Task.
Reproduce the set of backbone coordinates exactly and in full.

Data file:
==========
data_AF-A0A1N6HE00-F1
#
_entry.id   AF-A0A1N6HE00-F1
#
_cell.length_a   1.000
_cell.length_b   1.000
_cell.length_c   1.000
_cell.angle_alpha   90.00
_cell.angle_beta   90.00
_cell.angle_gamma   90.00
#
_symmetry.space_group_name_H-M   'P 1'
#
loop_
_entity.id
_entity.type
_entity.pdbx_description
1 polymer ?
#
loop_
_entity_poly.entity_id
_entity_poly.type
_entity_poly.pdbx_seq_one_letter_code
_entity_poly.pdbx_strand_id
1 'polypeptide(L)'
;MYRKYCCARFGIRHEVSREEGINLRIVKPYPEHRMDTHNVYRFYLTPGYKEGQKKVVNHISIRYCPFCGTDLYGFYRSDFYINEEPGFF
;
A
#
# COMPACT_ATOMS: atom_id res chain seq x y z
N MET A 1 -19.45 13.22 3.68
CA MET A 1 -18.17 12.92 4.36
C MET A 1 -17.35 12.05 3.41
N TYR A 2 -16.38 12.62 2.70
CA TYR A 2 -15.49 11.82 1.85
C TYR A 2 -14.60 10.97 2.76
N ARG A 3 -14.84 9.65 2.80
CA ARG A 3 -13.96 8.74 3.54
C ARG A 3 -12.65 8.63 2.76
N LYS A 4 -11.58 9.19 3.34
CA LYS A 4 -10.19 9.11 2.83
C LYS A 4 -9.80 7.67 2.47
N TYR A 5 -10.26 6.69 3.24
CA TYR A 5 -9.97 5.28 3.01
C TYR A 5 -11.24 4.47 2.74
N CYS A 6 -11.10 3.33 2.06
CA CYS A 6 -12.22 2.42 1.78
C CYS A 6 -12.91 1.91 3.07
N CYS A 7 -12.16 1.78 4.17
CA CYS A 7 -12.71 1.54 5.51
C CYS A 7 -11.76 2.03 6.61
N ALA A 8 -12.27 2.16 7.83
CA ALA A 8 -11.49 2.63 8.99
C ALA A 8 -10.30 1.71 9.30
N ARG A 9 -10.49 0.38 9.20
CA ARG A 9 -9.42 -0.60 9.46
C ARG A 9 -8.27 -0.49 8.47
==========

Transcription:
data_AF-A0A1N6HE00-F1
#
_entry.id   AF-A0A1N6HE00-F1
#
_cell.length_a   1.000
_cell.length_b   1.000
_cell.length_c   1.000
_cell.angle_alpha   90.00
_cell.angle_beta   90.00
_cell.angle_gamma   90.00
#
_symmetry.space_group_name_H-M   'P 1'
#
loop_
_entity.id
_entity.type
_entity.pdbx_description
1 polymer ?
#
loop_
_entity_poly.entity_id
_entity_poly.type
_entity_poly.pdbx_seq_one_letter_code
_entity_poly.pdbx_strand_id
1 'polypeptide(L)'
;MYRKYCCARFGIRHEVSREEGINLRIVKPYPEHRMDTHNVYRFYLTPGYKEGQKKVVNHISIRYCPFCGTDLYGFYRSDFYINEEPGFF
;
A
#
# COMPACT_ATOMS: atom_id res chain seq x y z
N MET A 1 -19.45 13.22 3.68
CA MET A 1 -18.17 12.92 4.36
C MET A 1 -17.35 12.05 3.41
N TYR A 2 -16.38 12.62 2.70
CA TYR A 2 -15.49 11.82 1.85
C TYR A 2 -14.60 10.97 2.76
N ARG A 3 -14.84 9.65 2.80
CA ARG A 3 -13.96 8.74 3.54
C ARG A 3 -12.65 8.63 2.76
N LYS A 4 -11.58 9.19 3.34
CA LYS A 4 -10.19 9.11 2.83
C LYS A 4 -9.80 7.67 2.47
N TYR A 5 -10.26 6.69 3.24
CA TYR A 5 -9.97 5.28 3.01
C TYR A 5 -11.24 4.47 2.74
N CYS A 6 -11.10 3.33 2.06
CA CYS A 6 -12.22 2.42 1.78
C CYS A 6 -12.91 1.91 3.07
N CYS A 7 -12.16 1.78 4.17
CA CYS A 7 -12.71 1.54 5.51
C CYS A 7 -11.76 2.03 6.61
N ALA A 8 -12.27 2.16 7.83
CA ALA A 8 -11.49 2.63 8.99
C ALA A 8 -10.30 1.71 9.30
N ARG A 9 -10.49 0.38 9.20
CA ARG A 9 -9.42 -0.60 9.46
C ARG A 9 -8.27 -0.49 8.47